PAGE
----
My husband is a mainframe security software developer with more than 35 years experience in computer programming. When I tried to get him to play Robot Turtles, he didn’t seem thrilled, but being supportive of this project, he complied. When we played and he started to understand what the game was about, he mentioned that he wanted to tell some people at work about Robot Turtles, I asked him to let me share his comments here. This is his email.
Every now and then I’ll get smacked on the head in a way that makes me think “how brilliant, why couldn’t I think of this?”
As part of a learning project at work – my wife got a copy of a children’s game called “Robot Turtles.” It’s a standard board-type game using a familiar theme; you choose a turtle which is represented as a card you move along a maze of obstacles consisting of unmovable stone walls and meltable Ice walls in search of the elusive hidden treasure. You get the treasure, you win; your opponent gets it first, they win – not you. OK, kids games 101, right? Wrong!
Where this game differs is that each player has a stack of cards that enables them to perform various actions with their turtles. One card turns the turtle left, one turns it right, one advances the turtle one position forward, and one zaps (melts) the segment of ice wall in front of them.
The kids play the game by playing cards in a sequence to select their path through the maze – the outcome of which will (hopefully) lead them to the hidden treasure. The parents are responsible for keeping their mouths shut and reacting only to the directions given by their kids (and by making the appropriate turtle sounds for each card played).
These cards are a basic computer program – an exact sequence of instructions to be followed out by the “dumb” computer (in this case, quite appropriately, their parents). I immediately thought “Turing Machine” when I saw this in action.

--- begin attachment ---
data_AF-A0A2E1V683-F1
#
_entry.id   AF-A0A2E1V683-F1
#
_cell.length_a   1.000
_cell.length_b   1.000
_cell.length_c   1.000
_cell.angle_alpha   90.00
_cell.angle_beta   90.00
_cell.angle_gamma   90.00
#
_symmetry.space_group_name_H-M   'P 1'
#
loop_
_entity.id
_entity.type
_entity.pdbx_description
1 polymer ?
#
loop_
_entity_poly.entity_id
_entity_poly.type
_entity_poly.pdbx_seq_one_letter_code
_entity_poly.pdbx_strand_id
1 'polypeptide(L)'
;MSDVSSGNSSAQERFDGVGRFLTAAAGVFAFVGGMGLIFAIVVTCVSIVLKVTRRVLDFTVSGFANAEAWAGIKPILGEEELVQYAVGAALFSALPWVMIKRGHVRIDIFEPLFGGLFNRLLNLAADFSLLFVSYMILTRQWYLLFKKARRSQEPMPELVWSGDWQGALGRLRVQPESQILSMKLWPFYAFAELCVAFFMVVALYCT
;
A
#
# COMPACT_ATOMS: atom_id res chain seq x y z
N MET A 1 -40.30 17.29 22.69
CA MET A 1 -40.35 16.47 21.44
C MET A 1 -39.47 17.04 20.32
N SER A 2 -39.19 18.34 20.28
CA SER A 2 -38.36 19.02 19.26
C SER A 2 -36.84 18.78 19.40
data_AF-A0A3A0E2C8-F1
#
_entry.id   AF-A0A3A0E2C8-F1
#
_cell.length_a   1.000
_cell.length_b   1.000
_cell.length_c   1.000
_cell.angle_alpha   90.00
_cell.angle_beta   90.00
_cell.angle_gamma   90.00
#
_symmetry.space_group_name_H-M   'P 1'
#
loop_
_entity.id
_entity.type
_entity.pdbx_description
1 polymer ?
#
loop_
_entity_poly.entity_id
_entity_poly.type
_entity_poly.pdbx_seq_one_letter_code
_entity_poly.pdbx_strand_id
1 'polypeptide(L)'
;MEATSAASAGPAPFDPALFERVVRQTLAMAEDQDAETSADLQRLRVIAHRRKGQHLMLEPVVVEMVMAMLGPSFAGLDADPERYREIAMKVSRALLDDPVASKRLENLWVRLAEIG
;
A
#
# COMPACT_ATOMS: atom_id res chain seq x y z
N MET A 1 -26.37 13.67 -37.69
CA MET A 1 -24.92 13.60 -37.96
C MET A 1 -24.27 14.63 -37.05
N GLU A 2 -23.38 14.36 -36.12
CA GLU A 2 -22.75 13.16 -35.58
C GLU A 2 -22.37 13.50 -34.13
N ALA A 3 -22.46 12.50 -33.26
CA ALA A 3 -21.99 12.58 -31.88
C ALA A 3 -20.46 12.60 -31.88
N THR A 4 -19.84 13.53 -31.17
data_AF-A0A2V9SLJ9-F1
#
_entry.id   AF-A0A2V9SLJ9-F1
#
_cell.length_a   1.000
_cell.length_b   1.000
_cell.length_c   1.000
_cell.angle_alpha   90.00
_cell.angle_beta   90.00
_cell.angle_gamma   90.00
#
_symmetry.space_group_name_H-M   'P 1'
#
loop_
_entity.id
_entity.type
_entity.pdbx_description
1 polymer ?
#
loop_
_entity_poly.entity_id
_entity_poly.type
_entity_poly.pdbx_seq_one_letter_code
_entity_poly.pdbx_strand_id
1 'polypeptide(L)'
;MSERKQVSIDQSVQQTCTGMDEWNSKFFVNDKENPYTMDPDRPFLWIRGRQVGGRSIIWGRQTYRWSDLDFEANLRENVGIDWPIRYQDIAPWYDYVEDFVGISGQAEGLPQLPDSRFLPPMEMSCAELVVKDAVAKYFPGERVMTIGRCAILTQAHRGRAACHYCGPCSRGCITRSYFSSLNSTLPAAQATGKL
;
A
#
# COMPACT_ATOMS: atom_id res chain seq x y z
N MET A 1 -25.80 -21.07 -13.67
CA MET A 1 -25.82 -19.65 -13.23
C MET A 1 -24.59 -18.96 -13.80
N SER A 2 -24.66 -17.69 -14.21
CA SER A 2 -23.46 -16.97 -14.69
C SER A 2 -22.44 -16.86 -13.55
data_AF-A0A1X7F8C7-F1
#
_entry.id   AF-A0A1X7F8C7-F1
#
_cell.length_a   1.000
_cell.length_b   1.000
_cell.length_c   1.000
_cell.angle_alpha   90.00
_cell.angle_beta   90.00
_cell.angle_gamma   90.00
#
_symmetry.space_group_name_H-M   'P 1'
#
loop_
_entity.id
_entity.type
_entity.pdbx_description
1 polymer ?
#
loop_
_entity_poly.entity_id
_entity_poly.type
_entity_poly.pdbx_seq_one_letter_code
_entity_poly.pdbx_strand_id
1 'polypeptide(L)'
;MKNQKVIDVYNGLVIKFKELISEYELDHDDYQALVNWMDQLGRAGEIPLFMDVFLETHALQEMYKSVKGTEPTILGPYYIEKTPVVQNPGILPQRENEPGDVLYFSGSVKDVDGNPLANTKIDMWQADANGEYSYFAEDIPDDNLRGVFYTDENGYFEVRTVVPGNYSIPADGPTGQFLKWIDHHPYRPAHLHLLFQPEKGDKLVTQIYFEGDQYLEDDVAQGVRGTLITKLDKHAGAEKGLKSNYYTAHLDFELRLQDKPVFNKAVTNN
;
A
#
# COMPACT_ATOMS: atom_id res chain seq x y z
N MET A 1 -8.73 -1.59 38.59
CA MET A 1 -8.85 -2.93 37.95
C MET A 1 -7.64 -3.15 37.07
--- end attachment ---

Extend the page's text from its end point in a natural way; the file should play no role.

Making it more interesting is that, depending on the setup of the maze – it may be desirable to define repeatable patterns of play activity. The game provides for this – effectively letting the kid “program” a “subroutine” that then can be invoked multiple times by means of a special “call subroutine” card. My wife had challenges understanding how this worked – and when I understood both the game and this subroutine capability and explained it to my wife – I stood back in awe of the brilliance chosen by this game designer to teach computer programming. Back when I was a wee lad – the common school of thought was that a certain level of mathematical skills was necessary as a foundation for teaching programming. This brilliant game knocks that notion away and brings the concept of computer programming down to the level of four-year-olds.
If you’ve got kids – you may wish to check out their website. (I am in no way connected with this game, company, and stand to gain no benefit other than seeing the joy of the promotion and preservation of the nerd species commonly known as programmers).
Sr Principal Software Engineer